I got a request for what I thought was a throw-away bean dish from my daughter Thursday night. “You really need to make that shell bean toast thing again,” she said.
Can I just call this the Lazy Gardener’s Redemption Dish? I take Deborah Madison as a cue here: there’s a similar dish in one of her books that is quite divine. But considering how I do know that not all of us can keep up with picking our green beans, this is a dinner that takes advantage of your distraction. It takes a while to make, and, unlike most of my meals, comes fully plated (a la a restaurant, completely unlike the normal family-style serve-your-own dinners that I make, which is probably why my daughter liked it: it is special somehow).
This is what you will need:
Shell beans. Onions, garlic, dried herbs of choice; chives, fresh herbs of choice, especially parsley. Vinegar or wine. Bacon, or not. Big thick cuts of bread, old (good) bread works well. I assume you have olive oil in your house, as well as salt and pepper. Butter. And an hour to an hour and a half of your time, depending on both how dried-out the beans are and whatever else you’ve got going on.
Take about 3/4 of a cup of shelled green beans per person. What are shell beans? They’re the beans that are too overgrown to be green (mange-tout) beans but not dry enough to be dried beans. You typically can see the beans telegraphing through their shells at this stage but the shells aren’t so dry they rattle like bones…hopefully that gives you a picture. And because they’re in this in-between stage, the time it takes to cook them falls somewhere between dried beans and fresh ones: your time will vary accordingly! While you’re shelling them (which does take a while), make up your mind if you’re doing a vegetarian dinner or a meaty one.
Hopefully you are chatting with someone while cooking, and enjoying a post-work glass of wine.
If meaty, then dice some bacon (“some” being relative: I use ends, which are something I can pick up for free from the boutique local butcher: they don’t fit in the cutter and are therefore worthless; otherwise, it’s about 2 pieces per person. Dice with a pair of kitchen shears, it’s fastest, easiest to clean) and brown, reserving the grease. If veg, sweat a diced onion with some dried herbs in a good glug of olive oil. If you’re doing veg, then spend some time slicing and dicing up a good slice or two of that lovely bread you are going to use: you will need to make some GOOD bread crumbs for this dish to toss on top. Saute the crumbs in hot olive oil and throw two diced cloves in at the very last minute; remove, salt to taste.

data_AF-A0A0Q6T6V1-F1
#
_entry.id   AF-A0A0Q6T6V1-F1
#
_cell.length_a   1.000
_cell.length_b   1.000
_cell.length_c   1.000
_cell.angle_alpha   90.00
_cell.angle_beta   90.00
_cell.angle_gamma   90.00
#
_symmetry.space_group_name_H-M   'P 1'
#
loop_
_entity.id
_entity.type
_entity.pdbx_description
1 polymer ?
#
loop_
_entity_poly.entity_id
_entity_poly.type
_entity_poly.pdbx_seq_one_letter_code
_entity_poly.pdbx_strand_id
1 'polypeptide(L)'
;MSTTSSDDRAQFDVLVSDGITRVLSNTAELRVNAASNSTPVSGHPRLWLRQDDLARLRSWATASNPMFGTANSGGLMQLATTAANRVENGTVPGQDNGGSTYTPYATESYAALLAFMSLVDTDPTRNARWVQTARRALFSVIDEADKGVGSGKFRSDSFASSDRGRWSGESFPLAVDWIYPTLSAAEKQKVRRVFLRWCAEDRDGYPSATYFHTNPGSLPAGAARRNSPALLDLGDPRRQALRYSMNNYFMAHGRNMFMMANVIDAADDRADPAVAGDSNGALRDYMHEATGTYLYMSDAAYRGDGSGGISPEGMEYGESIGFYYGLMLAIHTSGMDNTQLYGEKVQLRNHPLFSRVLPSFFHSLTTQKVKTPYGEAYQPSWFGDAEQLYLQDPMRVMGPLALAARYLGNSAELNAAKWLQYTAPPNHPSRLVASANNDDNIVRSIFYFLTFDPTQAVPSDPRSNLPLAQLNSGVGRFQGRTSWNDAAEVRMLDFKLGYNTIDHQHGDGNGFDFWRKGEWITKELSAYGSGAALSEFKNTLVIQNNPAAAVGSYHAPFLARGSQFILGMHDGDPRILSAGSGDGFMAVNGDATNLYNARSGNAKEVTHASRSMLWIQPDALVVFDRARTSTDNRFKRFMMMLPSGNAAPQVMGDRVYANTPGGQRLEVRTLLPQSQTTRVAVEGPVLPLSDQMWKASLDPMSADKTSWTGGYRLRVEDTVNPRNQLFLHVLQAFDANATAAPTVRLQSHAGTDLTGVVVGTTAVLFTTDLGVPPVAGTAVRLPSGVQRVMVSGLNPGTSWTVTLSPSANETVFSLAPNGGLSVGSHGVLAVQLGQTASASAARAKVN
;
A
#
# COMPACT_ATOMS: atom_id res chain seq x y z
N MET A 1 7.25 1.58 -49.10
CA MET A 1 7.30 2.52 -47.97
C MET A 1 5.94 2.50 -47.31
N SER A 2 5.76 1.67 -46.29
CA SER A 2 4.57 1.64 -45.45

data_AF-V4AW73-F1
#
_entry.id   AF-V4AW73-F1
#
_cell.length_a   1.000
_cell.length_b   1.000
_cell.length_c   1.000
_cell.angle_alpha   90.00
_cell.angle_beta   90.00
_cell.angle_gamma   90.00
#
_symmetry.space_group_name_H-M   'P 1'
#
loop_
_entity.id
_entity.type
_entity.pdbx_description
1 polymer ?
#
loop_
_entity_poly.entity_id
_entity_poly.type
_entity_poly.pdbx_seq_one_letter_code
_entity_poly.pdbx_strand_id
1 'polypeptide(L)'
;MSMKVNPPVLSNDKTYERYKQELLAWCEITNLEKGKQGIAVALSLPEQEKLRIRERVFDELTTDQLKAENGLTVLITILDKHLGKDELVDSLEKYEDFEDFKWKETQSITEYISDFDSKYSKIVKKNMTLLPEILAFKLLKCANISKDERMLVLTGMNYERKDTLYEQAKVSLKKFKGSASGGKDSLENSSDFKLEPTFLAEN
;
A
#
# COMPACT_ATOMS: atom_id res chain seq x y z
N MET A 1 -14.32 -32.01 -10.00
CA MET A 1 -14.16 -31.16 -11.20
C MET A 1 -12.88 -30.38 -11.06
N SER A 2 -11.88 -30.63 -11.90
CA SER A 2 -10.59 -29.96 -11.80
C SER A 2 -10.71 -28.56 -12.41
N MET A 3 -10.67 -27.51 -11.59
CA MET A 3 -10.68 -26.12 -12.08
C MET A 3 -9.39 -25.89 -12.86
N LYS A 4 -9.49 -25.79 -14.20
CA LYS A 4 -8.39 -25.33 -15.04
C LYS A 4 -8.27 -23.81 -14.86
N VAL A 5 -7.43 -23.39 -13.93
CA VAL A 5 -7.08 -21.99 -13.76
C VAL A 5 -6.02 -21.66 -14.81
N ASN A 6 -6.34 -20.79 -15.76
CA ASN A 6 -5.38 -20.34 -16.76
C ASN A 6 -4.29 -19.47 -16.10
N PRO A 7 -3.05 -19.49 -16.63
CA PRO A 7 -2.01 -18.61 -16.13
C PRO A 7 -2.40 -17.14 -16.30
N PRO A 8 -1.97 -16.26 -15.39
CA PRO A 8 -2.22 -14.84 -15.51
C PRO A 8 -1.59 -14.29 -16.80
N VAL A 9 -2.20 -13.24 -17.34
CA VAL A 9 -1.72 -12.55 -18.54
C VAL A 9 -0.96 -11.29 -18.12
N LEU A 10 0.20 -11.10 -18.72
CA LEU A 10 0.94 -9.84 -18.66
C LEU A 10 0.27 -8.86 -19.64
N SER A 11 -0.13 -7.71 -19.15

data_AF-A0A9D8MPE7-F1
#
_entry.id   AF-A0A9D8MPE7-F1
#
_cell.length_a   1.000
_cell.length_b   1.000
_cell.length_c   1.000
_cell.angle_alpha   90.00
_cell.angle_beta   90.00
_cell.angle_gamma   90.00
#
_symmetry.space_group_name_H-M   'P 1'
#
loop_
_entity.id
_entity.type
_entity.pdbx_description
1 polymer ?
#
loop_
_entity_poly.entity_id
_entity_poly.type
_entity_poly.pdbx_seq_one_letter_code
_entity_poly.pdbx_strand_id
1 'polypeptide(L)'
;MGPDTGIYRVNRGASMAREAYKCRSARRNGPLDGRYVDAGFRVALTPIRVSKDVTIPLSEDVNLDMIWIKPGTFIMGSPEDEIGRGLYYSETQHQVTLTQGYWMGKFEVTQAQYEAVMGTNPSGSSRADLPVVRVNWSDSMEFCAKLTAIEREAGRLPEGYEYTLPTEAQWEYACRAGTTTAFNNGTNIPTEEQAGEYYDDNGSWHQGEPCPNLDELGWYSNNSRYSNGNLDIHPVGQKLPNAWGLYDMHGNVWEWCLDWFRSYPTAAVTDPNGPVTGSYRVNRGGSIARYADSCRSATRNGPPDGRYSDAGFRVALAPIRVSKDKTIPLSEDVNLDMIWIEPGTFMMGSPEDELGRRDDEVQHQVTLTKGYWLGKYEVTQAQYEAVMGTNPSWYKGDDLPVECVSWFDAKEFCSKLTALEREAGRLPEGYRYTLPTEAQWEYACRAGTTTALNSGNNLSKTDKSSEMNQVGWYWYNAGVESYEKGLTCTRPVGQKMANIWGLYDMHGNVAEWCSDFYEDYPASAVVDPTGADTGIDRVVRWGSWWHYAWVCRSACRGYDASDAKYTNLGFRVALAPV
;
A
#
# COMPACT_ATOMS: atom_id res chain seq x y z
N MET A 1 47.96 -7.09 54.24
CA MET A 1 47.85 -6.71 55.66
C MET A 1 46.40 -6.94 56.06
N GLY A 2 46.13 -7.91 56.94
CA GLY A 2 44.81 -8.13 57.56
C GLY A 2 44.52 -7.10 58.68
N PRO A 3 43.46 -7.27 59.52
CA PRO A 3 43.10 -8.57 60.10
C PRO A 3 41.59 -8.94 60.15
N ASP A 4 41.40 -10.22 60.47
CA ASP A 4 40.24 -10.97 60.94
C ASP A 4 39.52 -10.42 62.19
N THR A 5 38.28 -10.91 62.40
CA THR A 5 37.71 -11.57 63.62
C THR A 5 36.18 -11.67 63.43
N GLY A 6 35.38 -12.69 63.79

Remove and dry the bacon and cook the onion in that lovely grease OR progress to the next step if veg: you’re going to put the beans in the oil/onion, and add a whole bunch of minced garlic. My family LIKES garlic so for us that means half a head or more. Saute for a couple of minutes then put the same 3/4 cup of broth or water in per serving of beans, or to barely cover. Cover, simmer, and taste: add salt and pepper and more herbs as you think it needs it. Add a good glug of vinegar to the beans after they’ve cooked for about 10 minutes. For me, that means a shy tablespoon per serving if I am using my own cider vinegar; it means a half teaspoon per serving if I am using Balsamic or white wine vinegar. Taste again after the vinegar’s foamed up and cooked down. Tasty broth? Good. Keep cooking the beans until they’re al dente, not too mushy. You want to serve them sloppy: they should be standing half-deep or more in their broth, so add more liquid as required. If you’re doing veg, add a good pat of butter in at the last minute.
Toast or cut up and then butter that bread. Set two slices per person (one if it is a monster loaf) and scoop out a plentiful helping per slice, topping with minced chives and parsley, maybe some hot pepper flakes or a twist or two of the grinder, then either crumbled bacon or those garlicky toasted bread crumbs.
This is a humble meal, but a tasty one. I usually serve it with a big salad, and finish with some simple sliced fresh fruit, some tea or an apertif. It’s good to gesticulate a lot while telling stories over this meal. I sure do. Discussing or, better, solving world problems also helps. Or, you can do chicken jokes: this works for our six-year-old.